It's academic (freedom)
When Brooklyn College history Prof. Robert
(K.C.) Johnson was turned down for tenure last fall, it was not
for lack of teaching ability. Put simply, he didn't work well
with others. More precisely, certain others. It was politics
that trumped his academic credentials.
Johnson's offense? An alleged lack of
collegiality. That is code. Johnson had criticized a campus
teach-in on the Middle East because it included no participants
who favored U.S. or Israeli policy. That's not a teach-in,
that's a propaganda-in. More recently, Johnson challenged a
faculty search that appeared to be based on gender rather than
merit. For that, he was accused of arrogance and
There was not one legitimate reason for
denying promotion to this Harvard-educated professor who, at 34,
has authored several books on Congress and foreign policy and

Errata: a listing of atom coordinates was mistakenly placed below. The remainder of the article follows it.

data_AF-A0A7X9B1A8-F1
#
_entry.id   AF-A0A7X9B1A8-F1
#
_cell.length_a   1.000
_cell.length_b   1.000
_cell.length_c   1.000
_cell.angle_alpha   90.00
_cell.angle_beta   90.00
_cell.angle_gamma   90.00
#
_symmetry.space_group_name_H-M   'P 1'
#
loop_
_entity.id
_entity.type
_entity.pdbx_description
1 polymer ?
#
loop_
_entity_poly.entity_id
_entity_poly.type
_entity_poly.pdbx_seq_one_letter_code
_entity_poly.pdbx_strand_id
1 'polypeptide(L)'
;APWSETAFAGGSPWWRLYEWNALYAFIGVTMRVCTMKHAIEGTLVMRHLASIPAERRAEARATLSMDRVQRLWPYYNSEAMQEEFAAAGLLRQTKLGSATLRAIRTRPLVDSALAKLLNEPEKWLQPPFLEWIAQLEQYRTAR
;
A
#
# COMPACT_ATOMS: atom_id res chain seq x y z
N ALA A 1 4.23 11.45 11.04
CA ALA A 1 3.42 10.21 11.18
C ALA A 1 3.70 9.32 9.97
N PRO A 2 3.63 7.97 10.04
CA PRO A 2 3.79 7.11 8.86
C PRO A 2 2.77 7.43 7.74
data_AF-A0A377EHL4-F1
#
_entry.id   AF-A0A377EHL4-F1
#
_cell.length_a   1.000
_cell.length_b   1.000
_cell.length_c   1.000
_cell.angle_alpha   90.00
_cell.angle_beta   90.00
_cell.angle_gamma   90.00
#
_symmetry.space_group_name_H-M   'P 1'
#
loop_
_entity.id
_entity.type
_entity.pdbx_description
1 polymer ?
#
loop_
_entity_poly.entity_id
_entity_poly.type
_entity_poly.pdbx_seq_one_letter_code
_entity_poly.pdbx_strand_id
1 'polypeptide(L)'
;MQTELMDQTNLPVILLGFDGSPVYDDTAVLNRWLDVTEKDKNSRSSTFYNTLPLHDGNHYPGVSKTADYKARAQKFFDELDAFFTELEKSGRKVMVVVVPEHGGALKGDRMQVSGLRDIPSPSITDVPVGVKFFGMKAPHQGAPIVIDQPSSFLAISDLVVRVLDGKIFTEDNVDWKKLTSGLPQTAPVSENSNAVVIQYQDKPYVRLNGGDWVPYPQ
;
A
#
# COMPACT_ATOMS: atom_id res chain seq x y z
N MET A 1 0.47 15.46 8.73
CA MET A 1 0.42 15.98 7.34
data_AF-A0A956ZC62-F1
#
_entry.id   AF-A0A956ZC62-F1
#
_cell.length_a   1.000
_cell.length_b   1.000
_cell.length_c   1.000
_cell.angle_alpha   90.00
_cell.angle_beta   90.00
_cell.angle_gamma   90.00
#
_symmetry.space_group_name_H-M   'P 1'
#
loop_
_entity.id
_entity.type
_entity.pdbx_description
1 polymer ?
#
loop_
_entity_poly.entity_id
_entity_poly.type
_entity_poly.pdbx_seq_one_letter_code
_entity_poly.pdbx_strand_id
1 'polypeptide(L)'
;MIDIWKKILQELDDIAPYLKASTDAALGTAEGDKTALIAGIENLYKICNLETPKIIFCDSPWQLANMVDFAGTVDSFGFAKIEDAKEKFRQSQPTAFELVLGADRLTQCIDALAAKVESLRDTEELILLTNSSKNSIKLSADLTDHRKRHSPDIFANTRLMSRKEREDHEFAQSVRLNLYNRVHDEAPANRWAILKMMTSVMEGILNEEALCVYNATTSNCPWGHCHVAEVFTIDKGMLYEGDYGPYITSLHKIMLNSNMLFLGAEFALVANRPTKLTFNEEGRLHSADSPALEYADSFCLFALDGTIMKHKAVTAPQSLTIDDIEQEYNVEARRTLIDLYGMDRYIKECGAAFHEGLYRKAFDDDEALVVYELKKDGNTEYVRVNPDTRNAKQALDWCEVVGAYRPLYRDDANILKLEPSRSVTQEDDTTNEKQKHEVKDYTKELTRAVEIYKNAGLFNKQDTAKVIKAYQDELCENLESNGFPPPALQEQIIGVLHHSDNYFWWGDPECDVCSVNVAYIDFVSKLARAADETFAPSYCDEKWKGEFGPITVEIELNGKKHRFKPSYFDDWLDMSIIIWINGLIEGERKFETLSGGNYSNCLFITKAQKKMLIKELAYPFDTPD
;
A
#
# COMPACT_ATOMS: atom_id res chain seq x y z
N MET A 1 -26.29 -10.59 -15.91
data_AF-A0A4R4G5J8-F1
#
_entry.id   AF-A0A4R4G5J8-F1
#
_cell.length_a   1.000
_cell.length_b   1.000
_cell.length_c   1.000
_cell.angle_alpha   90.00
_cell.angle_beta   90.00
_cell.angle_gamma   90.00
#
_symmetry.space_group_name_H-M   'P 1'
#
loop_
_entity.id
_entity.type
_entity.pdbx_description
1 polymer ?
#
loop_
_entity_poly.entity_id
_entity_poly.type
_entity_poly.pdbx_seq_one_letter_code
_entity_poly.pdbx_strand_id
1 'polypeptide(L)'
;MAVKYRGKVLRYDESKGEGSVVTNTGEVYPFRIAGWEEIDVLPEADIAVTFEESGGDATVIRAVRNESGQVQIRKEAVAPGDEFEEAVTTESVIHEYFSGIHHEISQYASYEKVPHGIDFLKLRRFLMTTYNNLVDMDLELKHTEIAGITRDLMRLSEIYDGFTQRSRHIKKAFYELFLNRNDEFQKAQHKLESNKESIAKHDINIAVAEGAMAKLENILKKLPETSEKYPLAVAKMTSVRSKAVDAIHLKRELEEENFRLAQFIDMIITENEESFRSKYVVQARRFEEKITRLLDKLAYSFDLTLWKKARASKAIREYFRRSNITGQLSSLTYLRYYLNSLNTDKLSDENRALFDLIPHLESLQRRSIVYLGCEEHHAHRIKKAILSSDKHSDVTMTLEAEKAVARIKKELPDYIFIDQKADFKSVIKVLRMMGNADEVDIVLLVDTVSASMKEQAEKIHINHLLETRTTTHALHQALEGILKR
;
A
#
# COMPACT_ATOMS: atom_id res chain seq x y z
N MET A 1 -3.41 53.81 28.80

has another in the works. He also edited Lyndon Johnson's
presidential tapes. And he draws raves from students. In fact,
some Brooklyn professors and 24 professors from leading
universities around the country backed Johnson as he tried to
save his job.
Saved, it now is. Thanks to CUNY
Chancellor Matthew Goldstein, who has overturned last year's
decision by Brooklyn College President Christoph Kimmich.
Courageously, Goldstein had named a high-octane panel to review
Johnson's case and, on its recommendation, promoted him this
week to full professor, with tenure.
The chancellor has been striving to
upgrade CUNY and its reputation. His actions in the Johnson case
are testimony to that, sending the right message: Scholarship
and teaching ability come first. And academic freedom is worth
Originally published on February 28, 2003